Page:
Rural schoolhouse renovation, Djibouti, March 2011
U.S. Navy Petty Officer 3rd Class Gabriel Zisk scrubs the walls of the Nagad Schoolhouse in Djibouti’s Atta Region on March 26, 2011.
Photo by Staff Sgt. Austin M. May, CJTF-Horn of Africa Public Affairs
Saturday mornings are filled with all the commotion one would rightfully expect on a forward-deployed military installation, and while most service members here have reported for duty, a select few may have the luxury of slumbering through the chronic high temperature of the typical Djibouti morning.
Not so, however, for the camp’s Community Assistance Volunteers (CAV), who braved the pestiferous heat and began their weekend at 7:30 a.m., when they boarded a bus for the nearby Atta Region to begin renovating the area’s only schoolhouse within a six-mile radius.
As for a facility in need of CAV elbow grease, the Ecole de Basede Nagad — or, Nagad Schoolhouse — is a perfect candidate. According to Sameh Ali Ahmed, schoolhouse director, the three-room, one-story schoolhouse has existed in a state of neglect for years.
“It’s been like this for a long time, so we’re very excited about this project — about having the Americans here,” said Sameh. “We’ve been trying to schedule this for a long time.”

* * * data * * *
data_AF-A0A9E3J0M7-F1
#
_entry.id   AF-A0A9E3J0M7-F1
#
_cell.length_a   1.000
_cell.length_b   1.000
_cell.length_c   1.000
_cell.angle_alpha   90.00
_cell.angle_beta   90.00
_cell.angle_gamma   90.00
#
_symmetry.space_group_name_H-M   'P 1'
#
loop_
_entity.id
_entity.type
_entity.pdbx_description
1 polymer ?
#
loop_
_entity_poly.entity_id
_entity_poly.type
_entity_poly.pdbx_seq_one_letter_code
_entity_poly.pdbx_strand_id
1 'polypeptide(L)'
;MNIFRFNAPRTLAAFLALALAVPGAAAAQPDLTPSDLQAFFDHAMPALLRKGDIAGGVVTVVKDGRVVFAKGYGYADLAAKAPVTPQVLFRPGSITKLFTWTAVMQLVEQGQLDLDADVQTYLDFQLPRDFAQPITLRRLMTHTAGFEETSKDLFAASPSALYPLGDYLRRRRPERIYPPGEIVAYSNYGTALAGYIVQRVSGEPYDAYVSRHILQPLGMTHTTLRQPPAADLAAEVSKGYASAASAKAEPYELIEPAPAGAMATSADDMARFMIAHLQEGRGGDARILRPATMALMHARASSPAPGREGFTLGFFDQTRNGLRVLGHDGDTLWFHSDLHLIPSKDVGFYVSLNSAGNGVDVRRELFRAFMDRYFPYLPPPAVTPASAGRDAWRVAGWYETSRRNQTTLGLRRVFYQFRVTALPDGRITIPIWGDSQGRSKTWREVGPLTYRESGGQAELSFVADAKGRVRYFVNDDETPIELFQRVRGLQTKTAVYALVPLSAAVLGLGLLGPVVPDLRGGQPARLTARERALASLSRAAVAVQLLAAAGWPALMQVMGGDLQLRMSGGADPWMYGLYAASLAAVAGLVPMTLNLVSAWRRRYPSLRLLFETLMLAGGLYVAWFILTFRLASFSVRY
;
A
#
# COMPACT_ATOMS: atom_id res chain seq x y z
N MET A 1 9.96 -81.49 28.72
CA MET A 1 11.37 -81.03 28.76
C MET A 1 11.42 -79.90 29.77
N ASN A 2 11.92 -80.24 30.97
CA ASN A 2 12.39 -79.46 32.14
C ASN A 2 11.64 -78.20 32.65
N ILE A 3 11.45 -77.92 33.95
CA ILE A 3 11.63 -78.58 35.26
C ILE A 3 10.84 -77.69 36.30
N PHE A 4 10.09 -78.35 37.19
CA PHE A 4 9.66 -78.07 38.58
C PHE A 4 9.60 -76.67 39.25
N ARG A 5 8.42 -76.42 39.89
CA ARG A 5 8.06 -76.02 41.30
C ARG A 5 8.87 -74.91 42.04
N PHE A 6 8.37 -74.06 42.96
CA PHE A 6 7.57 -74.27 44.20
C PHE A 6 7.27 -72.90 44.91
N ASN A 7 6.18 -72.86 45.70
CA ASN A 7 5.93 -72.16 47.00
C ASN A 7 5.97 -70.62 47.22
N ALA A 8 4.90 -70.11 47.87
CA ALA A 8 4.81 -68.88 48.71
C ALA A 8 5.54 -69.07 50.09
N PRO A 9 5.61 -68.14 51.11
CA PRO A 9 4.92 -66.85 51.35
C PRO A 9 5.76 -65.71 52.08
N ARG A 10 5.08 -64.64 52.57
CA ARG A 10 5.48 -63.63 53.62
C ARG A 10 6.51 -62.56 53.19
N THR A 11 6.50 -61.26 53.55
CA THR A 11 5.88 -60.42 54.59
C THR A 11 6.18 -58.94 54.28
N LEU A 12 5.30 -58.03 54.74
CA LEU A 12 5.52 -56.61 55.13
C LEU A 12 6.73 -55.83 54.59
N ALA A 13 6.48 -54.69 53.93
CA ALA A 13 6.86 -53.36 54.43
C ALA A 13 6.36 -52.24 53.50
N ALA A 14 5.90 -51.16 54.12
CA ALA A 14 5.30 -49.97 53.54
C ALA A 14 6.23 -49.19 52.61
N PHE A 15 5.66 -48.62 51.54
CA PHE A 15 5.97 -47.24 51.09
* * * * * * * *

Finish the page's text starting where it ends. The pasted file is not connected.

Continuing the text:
Following a friendly huddle with Sameh and interpreter Mohamed Kamal Hamadou, the 14 volunteers went to work filling buckets with water and spent three hours scrubbing dirt and graffiti from the building’s exterior walls. Soon the sidewalk lining the front of the school turned blue as spatters of water, stained from traces of the facility’s previous indigo and white paint scheme, streamed across the cement.
“The entire outside of the school needs to be cleaned, wiped down and prepped for painting,” said U.S. Navy Gunner’s Mate 2nd Class Sara Liming. “It’s going to be painted in accordance with locally approved colors – light blue on the bottom and white on top.”
The Nagad project is currently scheduled to last two months and, while the CAV must limit its volunteer work to Saturday mornings, the team appears to have given serious thought to their course of action.
“We’ll start with the cleaning of the exterior and then weekend by weekend, paint each section,” said Liming.
There are other projects associated with the school that the CAV is mulling over: constructing an edifice for students and teachers to cook under; building benches for students to sit on while eating; and coming to grips with a feasible way to improve the school’s plumbing system, or lack thereof. Currently, the institution’s only water supply consists of two cracked garden hoses attached to an ancient pump from which a thin stream of water dribbles into a communal sinkhole.
“These jobs have not been approved yet, but we’re very excited about the possibilities,” Liming said.
U.S. Air Force Capt. Matt Sullivan said he looked forward to the effort CAV projects demand.
“I’m prepared to get dirty,” said Sullivan. “I took it for granted that I had access to a good, clean school. Hopefully this volunteer work will give a child the opportunity for an education. The CAV is making sure they have a clean place to acquire the knowledge that will propel them through life.”
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